'That is as big as my kitchen'
Bloomington police, state police, conservation officers and other
authorities tried to watch the tiger, which was difficult because it was
hiding in thick brush next to a chain-link fence. Fraker tried
unsuccessfully several times to tranquilize the animal with a blow gun and a
tranquilizer gun.
The fence abutted the back yard of Marjorie Locke's home at 710 Brad St.,
where an officer warned her not to go outside. She got into her car in her
garage and left during the nine-hour standoff, but was unable to return home
until after the tiger was shot.
"I didn't see it or hear it, but it was kind of scary," she said. "I don't
think they should be allowed as pets. I heard it was 8 feet long -- that is
as big as my kitchen."
The animal's body is at the McLean County morgue, where it is being held as
evidence. The tiger may be turned over to the U.S. Department of Fish and
Wildlife Services because Bengal tigers are an endangered species.

Police Kill Escaped Tiger at Illinois Truck Stop
Mon Sep 30, 9:17 AM ET
BLOOMINGTON, Ill. (Reuters) - Illinois police shot and killed a 400-pound Bengal tiger that escaped from its owner at a roadside truck stop near a residential area on Saturday.
A veterinarian in the central Illinois town of Bloomington unsuccessfully tried to tranquilize the 8-foot-long tiger four times before police killed it because it appeared to become aggressive.
Bloomington police spokesman Duane Moss said the animal was being transported in a wooden crate on a trailer pulled by a car. The tiger's owner, 44-year-old Mary Jeanne Williams of Ivanhoe, Texas, told police the animal broke out of the crate when her son went to give it some water.
She and her 19-year-old son, John Bryan Johnson, were released after questioning by police, who said they would refer the case to federal authorities for the possible violation of animal transportation laws.
While the tiger was on the loose for hours, about two dozen police officers kept it corralled against a fence that separated the truck stop from a nearby residential area.
Several attempts by the tiger's owner to retrieve the animal were unsuccessful. Police shot the animal when it made "aggressive" moves toward a pickup truck that had several conservation officers on top, Moss said.

http://news.yahoo.com/news?tmpl=story2&cid=573&ncid=757&e=1&u=/nm/20020930/od_nm/life_tiger_dc http://www.pantagraph.com/stories/100602/new_20021006041.shtml
Sunday, October 6, 2002

Outside the bars - regulations lax for exotic animals

By Scott Richardson
Pantagraph staff
Lions and tigers and bears inhabit more than the Land of Oz. Toothy animals and other dangerous critters are found in the Land of Lincoln as well.
Last weekend's encounter with a tiger that got loose at a Bloomington truck stop just yards from a residential area is one example.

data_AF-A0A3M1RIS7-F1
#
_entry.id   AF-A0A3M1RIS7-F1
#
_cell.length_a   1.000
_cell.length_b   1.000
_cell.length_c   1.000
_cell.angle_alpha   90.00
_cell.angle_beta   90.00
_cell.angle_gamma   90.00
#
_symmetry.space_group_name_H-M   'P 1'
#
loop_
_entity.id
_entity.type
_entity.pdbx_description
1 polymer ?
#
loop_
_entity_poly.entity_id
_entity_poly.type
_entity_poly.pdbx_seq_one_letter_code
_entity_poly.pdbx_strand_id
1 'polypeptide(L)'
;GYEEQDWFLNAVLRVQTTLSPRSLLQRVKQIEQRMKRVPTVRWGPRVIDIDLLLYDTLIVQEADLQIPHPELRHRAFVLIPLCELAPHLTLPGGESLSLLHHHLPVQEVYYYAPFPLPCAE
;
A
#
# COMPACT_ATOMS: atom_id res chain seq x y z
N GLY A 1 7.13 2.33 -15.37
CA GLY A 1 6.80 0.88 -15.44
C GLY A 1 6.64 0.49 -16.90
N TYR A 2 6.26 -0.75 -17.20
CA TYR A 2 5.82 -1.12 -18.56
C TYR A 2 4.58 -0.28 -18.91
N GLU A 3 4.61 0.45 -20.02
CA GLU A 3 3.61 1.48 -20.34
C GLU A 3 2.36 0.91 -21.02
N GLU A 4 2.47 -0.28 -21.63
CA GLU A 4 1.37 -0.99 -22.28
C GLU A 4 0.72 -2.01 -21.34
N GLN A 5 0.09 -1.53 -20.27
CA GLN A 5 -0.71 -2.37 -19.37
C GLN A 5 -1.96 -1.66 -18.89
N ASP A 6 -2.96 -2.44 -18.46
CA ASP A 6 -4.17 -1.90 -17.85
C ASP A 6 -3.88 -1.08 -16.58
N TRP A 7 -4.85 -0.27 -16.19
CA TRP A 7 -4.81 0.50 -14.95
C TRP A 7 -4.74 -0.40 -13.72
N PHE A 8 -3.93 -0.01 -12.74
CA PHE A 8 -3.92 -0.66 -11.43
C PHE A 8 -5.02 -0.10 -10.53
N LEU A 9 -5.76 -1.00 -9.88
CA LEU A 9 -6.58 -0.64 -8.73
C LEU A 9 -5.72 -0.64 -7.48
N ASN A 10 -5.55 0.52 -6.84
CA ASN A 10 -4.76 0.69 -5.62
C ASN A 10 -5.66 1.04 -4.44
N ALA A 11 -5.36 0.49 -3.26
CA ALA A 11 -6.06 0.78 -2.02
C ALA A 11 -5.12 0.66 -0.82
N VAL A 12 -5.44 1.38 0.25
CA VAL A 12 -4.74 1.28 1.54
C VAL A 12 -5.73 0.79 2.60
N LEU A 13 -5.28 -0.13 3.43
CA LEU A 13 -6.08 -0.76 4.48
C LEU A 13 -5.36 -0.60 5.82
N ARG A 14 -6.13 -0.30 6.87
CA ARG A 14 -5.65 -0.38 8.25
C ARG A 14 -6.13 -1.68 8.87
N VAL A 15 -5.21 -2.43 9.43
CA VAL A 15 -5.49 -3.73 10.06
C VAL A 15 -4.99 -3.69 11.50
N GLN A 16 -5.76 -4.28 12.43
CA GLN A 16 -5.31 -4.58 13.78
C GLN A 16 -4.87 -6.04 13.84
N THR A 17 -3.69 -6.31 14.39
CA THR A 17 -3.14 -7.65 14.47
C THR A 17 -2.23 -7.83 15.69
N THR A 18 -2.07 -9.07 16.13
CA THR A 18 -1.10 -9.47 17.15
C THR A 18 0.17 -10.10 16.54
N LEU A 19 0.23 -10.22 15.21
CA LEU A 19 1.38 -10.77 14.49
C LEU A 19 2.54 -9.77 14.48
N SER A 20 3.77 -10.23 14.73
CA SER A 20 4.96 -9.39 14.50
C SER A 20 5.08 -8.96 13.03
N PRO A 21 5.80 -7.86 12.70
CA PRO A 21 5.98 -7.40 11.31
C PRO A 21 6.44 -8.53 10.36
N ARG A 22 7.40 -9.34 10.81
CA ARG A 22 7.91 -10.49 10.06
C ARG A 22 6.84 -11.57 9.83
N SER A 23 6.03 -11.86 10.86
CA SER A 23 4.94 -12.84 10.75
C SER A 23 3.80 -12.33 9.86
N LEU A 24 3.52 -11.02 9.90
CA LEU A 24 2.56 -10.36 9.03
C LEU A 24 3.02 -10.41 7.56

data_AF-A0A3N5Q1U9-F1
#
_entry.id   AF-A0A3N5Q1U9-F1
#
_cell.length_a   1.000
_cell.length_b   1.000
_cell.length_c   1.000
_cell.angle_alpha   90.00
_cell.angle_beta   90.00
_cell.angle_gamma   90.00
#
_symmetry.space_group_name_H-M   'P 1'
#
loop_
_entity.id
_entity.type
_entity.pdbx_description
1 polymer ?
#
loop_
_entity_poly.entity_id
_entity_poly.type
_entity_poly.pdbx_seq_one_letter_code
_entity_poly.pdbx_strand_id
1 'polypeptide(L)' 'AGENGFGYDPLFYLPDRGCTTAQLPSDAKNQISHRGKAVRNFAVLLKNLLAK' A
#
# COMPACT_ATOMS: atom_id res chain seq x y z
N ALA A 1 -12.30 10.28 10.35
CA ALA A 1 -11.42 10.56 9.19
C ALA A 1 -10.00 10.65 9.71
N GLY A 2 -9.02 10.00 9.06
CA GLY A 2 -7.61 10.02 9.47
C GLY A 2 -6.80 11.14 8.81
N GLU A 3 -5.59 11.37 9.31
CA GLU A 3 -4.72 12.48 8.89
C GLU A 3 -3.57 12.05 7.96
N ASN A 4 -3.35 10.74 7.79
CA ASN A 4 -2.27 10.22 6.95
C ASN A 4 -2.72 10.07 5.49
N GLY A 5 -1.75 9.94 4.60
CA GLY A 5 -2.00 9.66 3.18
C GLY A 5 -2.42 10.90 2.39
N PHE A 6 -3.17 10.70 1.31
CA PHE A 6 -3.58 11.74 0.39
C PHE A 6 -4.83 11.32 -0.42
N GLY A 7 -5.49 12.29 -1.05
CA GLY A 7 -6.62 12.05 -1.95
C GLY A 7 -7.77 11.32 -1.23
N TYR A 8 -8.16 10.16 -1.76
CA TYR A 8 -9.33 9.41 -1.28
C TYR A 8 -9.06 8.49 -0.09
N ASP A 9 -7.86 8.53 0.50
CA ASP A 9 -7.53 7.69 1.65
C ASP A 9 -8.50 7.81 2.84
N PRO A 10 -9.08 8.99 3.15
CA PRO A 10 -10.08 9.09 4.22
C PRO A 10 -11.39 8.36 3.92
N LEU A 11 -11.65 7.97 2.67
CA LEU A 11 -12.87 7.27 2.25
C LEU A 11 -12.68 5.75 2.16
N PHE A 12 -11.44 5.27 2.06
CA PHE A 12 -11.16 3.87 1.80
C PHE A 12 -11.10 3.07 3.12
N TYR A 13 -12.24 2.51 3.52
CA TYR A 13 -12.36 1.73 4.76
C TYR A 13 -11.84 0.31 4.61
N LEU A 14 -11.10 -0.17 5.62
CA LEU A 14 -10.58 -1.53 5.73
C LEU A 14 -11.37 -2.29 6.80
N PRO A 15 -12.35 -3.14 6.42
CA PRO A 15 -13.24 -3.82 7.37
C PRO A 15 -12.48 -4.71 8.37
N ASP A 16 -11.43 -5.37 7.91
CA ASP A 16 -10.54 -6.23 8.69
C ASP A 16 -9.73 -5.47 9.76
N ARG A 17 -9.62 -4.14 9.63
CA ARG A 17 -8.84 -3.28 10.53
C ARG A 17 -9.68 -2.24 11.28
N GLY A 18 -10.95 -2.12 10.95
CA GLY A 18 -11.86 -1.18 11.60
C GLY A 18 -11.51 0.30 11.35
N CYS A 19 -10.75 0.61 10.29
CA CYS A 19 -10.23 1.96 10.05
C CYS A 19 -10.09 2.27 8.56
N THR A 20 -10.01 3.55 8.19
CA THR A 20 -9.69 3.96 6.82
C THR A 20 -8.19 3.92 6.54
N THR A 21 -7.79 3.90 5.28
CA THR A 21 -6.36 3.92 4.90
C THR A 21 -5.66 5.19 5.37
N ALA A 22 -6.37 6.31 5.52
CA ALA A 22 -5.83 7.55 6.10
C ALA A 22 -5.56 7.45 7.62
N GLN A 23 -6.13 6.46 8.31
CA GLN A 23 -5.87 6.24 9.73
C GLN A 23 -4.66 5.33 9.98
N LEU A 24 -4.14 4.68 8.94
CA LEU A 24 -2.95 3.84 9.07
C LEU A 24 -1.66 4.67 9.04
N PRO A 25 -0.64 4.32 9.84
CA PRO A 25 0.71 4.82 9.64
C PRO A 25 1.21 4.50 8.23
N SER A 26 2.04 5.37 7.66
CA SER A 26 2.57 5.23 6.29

Most exotic, atypical animals reside behind bars in zoos, wildlife refuges and research centers regulated by federal, state and local authorities. But many that don't, avoid the net of detection unless there's trouble.
For example, the federal government has no jurisdiction over exotic animals kept as pets.
A "pet" is exactly how Mary Williams of Texas described her relationship with her tiger, Tigger, before Bloomington authorities shot it to death after its escape. Authorities apparently question Tigger's legal status as a pet, because a federal investigation of the episode is under way.
Beasts for sale
Officials say it's surprising that more incidents of that sort don't happen, because the market for wild beasts is exploding in America. Magazines devote pages and pages to exotic pet owners. Internet sites offer tiger cubs for as little as $200.
"You can buy them for less than registered puppies," said Mary Hartman, of Rochester, Minn.
Hartman is becoming a crusader for stricter control of dangerous animals after her 7-year-old daughter, Emily, was injured in an attack by a tiger at a roadside menagerie a year ago.
"It's the law of supply and demand. They are so cheap because there's so many out there," she said. "And regulations are so lax, you can drop an elephant through them. Regulations have not kept up with the growth of the private sector."
Several government agencies are charged with overseeing the domestic jungle.
At the forefront is the federal Animal and Plant Health Inspection Service of the United States Department of Agriculture. The agency licenses zoos, circuses, exhibitors, pet stores and other dealers of exotic animals. People who transport exotic animals also must be licensed.
Some animals indigenous to the United States are classified as endangered or threatened, such as certain raptors. Their owners must be licensed by the U.S. Fish and Wildlife Service.
No one tracks 'pets'
But no agency keeps track of people who have exotic animals as pets, said USDA spokesman Jim Rogers.
"You can have your own private zoo, and as long as you don't invite your neighbor over and charge him a buck to see it, you're legal," he said. "I don't think anybody out there keeps numbers of them."
The USDA did take one action last year in the arena of private ownership of exotic pets. The agency issued a warning to "remind people the cats are dangerous, just in case they'd forgotten," Rogers quipped.
As a result, regulation of private ownership falls under local and state laws, which Hartman calls inadequate.
In Bloomington, Tigger may have violated an old city ordinance prohibiting bears or other dangerous animals from roaming the streets without a leash. No prosecution is planned at this point, said Bloomington Corporation Counsel Todd Greenburg.
State law in Illinois is more restrictive.